It is wonderful to know that there are still many, many things we can eat. I am feeling much more positive and less worried now. I'm posting at work right now :ph34r: so I better go.

Many thanks

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This site has so much information and I'm discovering new sources of gluten contamination all the time. It's tricky to get used to this new lifestyle, but I'm learning.

Medications can definitely be a source of gluten contamination, especially those prenatal vitamins. A previous post mentioned Wild Oats, they are an awesome place to buy the vitamins!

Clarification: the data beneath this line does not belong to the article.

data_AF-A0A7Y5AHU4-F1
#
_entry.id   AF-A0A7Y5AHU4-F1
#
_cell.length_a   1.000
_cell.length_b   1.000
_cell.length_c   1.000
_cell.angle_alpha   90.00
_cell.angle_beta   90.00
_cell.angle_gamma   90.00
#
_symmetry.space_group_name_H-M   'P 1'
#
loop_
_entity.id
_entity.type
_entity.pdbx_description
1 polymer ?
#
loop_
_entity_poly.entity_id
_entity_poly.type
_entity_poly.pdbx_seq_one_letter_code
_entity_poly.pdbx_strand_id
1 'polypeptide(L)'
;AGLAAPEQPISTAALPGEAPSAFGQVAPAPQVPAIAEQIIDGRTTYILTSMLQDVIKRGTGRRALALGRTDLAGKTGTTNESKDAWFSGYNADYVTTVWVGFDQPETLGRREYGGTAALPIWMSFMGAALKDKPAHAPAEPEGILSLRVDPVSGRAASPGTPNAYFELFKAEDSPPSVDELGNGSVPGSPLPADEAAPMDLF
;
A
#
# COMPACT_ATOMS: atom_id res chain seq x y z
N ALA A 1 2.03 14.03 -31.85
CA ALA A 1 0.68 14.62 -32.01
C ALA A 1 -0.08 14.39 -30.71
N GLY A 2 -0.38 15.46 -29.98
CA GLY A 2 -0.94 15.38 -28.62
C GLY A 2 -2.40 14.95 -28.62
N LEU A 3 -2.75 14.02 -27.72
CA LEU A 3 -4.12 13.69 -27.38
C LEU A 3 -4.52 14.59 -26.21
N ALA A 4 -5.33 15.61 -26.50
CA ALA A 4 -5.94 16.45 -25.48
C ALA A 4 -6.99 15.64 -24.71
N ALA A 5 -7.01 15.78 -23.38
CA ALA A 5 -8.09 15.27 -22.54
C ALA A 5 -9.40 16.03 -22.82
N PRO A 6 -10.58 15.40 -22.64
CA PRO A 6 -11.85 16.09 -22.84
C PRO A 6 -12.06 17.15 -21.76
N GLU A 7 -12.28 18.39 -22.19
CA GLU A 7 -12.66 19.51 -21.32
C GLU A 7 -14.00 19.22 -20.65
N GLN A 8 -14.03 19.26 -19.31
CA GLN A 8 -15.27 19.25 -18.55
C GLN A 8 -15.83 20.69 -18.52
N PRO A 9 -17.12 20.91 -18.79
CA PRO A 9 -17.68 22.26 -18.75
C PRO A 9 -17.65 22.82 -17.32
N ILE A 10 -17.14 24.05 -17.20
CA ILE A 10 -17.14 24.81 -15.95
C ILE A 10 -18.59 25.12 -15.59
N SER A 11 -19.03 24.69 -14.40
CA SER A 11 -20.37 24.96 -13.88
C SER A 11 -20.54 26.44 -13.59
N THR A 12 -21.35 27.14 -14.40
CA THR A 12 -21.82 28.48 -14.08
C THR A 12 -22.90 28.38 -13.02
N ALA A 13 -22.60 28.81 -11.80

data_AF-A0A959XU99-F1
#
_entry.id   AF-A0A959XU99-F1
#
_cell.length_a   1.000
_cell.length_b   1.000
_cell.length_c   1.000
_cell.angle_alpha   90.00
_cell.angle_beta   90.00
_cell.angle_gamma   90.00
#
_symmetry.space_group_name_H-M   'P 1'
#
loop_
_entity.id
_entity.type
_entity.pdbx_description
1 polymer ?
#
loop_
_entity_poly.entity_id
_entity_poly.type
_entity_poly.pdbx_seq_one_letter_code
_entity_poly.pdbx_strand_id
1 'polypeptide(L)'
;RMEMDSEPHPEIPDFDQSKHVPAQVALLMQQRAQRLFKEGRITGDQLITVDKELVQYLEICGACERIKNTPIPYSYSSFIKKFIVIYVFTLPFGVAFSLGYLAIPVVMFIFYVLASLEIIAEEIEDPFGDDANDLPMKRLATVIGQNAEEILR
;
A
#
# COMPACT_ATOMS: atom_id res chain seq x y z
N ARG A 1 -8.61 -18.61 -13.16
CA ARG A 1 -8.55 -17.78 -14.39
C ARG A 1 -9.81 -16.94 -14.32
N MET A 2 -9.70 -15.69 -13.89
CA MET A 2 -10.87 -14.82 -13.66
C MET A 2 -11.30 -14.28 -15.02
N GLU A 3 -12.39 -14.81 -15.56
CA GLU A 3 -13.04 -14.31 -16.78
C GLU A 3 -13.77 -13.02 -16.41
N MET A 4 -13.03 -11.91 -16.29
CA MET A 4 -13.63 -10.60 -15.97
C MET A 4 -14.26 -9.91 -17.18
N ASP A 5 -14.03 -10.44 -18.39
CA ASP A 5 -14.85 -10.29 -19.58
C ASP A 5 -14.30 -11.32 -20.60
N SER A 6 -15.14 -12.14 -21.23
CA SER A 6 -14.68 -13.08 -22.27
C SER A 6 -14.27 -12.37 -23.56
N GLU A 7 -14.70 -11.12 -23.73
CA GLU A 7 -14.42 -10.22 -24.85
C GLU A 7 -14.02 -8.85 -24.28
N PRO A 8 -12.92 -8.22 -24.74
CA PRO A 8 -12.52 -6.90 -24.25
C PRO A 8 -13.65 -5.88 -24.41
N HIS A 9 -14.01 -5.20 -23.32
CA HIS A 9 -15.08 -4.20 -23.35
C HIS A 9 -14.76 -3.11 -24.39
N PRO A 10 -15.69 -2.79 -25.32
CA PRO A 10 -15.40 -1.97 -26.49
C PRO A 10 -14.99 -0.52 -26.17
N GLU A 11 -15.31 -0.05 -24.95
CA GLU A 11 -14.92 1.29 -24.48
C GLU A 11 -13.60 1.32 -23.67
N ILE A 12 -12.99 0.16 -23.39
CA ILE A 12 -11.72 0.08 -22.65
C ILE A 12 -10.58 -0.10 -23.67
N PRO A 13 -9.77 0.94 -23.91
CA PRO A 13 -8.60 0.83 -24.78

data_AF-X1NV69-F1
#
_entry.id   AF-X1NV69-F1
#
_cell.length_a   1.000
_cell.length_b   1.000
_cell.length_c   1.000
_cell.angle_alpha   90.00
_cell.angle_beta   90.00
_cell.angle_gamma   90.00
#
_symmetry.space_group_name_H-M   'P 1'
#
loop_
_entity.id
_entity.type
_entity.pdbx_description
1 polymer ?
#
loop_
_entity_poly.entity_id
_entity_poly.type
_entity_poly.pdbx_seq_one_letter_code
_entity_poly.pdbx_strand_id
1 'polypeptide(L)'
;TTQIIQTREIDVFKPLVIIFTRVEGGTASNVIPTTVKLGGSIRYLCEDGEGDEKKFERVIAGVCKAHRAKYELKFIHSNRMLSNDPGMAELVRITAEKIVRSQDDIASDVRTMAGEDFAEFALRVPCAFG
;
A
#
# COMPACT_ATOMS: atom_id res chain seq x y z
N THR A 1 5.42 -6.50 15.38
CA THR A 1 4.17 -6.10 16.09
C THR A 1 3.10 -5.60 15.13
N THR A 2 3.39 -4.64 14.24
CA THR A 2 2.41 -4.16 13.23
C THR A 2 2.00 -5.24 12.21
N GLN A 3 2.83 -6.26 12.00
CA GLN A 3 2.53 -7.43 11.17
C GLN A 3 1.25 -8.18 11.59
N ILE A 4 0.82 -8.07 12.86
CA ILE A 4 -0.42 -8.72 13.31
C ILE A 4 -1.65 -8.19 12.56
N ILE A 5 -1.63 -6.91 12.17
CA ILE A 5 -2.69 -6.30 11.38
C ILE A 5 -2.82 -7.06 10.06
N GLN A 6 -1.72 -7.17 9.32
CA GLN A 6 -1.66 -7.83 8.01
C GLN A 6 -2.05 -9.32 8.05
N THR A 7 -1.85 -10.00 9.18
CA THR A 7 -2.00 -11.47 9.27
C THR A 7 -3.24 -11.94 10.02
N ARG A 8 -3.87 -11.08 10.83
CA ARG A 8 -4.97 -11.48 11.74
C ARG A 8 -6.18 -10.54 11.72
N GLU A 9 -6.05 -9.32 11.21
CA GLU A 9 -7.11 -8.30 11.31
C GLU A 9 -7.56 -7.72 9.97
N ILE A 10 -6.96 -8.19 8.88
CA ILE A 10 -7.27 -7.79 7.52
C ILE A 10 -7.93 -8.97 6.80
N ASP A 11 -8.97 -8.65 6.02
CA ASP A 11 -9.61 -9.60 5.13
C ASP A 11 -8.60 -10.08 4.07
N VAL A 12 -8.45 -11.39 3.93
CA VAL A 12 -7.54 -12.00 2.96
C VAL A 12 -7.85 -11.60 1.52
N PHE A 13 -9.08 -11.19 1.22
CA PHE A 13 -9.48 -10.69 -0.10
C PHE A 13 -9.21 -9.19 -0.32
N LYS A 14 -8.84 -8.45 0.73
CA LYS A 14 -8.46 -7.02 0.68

Wild Oats also sells a frozen bread dough named 'Chebe' that is made from tapioca flour and it's crusty on the outside and super chewy on the inside after baking. I serve it with the pasta made by Tinkyada and a nice gluten free marinara sauce once a week.

I had a lot of disappointing pasta dinners since December when I began gluten free living and I had almost given up on eating pasta again. Most of the gluten free stuff was smelly and slimy and a total turn off. The Tinkyada pasta tastes just like wheat flour pasta and the bread is quick and very close to the real wheat thing. Eating it cuts down on the depression episodes from not being able to enjoy the things I love anymore.

The most helpful thing I've learned from the informative and very helpful people here is: Remember to check every label and when in doubt, avoid it!

I hope she feels better soon and just keep reading and researching for fun and safe things to eat!